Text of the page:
Ozone pollution will compromise efforts to increase global wheat production
Journal article, 2018

Global Change Biology Published by John Wiley & Sons Ltd Introduction of high-performing crop cultivars and crop/soil water management practices that increase the stomatal uptake of carbon dioxide and photosynthesis will be instrumental in realizing the United Nations Sustainable Development Goal (SDG) of achieving food security. To date, however, global assessments of how to increase crop yield have failed to consider the negative effects of tropospheric ozone, a gaseous pollutant that enters the leaf stomatal pores of plants along with carbon dioxide, and is increasing in concentration globally, particularly in rapidly developing countries. Earlier studies have simply estimated that the largest effects are in the areas with the highest ozone concentrations. Using a modelling method that accounts for the effects of soil moisture deficit and meteorological factors on the stomatal uptake of ozone, we show for the first time that ozone impacts on wheat yield are particularly large in humid rain-fed and irrigated areas of major wheat-producing countries (e.g. United States, France, India, China and Russia). Averaged over 2010–2012, we estimate that ozone reduces wheat yields by a mean 9.9% in the northern hemisphere and 6.2% in the southern hemisphere, corresponding to some 85 Tg (million tonnes) of lost grain. Total production losses in developing countries receiving Official Development Assistance are 50% higher than those in developed countries, potentially reducing the possibility of achieving UN SDG2. Crucially, our analysis shows that ozone could reduce the potential yield benefits of increasing irrigation usage in response to climate change because added irrigation increases the uptake and subsequent negative effects of the pollutant. We show that mitigation of air pollution in a changing climate could play a vital role in achieving the above-mentioned UN SDG, while also contributing to other SDGs related to human health and well-being, ecosystems and climate change.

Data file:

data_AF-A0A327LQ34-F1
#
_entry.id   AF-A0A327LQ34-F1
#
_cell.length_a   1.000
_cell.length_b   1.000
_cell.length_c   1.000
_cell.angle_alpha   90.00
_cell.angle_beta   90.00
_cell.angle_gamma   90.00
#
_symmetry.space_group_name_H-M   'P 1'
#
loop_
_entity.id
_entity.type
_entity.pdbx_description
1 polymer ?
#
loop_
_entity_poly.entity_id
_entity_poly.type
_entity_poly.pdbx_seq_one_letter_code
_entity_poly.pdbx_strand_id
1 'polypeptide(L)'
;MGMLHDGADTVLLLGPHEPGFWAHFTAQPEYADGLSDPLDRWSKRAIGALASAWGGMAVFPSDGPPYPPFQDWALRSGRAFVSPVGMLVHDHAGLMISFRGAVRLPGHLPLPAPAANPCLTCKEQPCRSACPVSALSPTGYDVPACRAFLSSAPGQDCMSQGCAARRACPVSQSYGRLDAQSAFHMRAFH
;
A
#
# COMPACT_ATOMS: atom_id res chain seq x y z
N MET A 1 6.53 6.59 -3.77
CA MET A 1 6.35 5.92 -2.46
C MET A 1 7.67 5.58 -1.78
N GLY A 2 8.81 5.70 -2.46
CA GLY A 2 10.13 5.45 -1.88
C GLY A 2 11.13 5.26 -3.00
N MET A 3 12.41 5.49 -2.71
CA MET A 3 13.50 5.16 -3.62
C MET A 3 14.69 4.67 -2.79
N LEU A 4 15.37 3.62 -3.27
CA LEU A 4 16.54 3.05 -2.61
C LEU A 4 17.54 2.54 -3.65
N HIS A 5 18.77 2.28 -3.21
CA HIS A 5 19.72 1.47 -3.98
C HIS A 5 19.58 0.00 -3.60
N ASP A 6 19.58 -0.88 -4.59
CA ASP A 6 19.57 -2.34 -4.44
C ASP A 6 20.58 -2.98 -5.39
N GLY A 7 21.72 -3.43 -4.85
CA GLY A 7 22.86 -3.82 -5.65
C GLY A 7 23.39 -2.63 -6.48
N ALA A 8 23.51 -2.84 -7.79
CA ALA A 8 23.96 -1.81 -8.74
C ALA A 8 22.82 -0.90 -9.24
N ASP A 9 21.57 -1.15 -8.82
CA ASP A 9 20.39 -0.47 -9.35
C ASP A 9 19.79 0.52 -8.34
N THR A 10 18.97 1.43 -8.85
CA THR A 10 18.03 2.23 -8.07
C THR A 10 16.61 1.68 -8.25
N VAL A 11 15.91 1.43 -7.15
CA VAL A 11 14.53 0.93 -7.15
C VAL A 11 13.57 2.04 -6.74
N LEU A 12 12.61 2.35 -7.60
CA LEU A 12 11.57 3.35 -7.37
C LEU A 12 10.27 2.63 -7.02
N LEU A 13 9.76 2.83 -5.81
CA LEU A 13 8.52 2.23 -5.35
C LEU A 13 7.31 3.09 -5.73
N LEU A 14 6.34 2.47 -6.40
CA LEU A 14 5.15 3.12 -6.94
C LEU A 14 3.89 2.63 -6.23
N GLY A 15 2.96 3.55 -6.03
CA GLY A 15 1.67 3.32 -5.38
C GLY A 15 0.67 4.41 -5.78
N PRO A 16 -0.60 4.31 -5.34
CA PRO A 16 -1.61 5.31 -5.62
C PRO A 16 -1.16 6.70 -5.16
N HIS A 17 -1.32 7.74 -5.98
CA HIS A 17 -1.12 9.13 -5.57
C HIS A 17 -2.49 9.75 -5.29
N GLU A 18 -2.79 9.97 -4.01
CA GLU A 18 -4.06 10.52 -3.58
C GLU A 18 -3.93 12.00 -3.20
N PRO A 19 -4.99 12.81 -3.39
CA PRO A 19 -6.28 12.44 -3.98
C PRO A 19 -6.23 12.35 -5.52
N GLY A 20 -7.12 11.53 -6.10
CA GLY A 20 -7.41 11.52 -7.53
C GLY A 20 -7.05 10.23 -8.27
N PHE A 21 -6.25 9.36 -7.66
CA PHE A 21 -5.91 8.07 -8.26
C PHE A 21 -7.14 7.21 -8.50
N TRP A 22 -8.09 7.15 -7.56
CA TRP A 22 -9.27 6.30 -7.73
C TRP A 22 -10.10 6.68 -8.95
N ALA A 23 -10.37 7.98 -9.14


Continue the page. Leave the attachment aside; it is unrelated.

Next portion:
Gina Mills

University of Gothenburg

UK Centre For Ecology & Hydrology (UKCEH)

Katrina Sharps

UK Centre For Ecology & Hydrology (UKCEH)

David Simpson

Norwegian Meteorological Institute

Chalmers, Space, Earth and Environment, Microwave and Optical Remote Sensing

Håkan Pleijel

University of Gothenburg

Malin Broberg

University of Gothenburg

Johan Uddling

University of Gothenburg

Fernando Jaramillo

Stockholm University

William J. Davies

Lancaster University

F. Dentener

Joint Research Centre (JRC), European Commission

Maurits Van den Berg

Lancaster University

Madhoolika Agrawal

Banaras Hindu University

Shahibhushan B Agrawal

Banaras Hindu University

Elizabeth A. Ainsworth

University of Illinois

P. Buker

University of York

L. Emberson

University of York

Zhaozhong Feng

Chinese Academy of Sciences

Harry Harmens

UK Centre For Ecology & Hydrology (UKCEH)

Felicity Hayes

UK Centre For Ecology & Hydrology (UKCEH)

Kazuhiko Kobayashi

University of Tokyo

Elena Paoletti

Consiglo Nazionale Delle Richerche

Rita Van Dingenen

Joint Research Centre (JRC), European Commission

Global Change Biology

1354-1013 (ISSN) 1365-2486 (eISSN)

Vol. 24 8 3560-3574

Subject Categories

Social Sciences Interdisciplinary

Environmental Sciences

Climate Research



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9/3/2020 8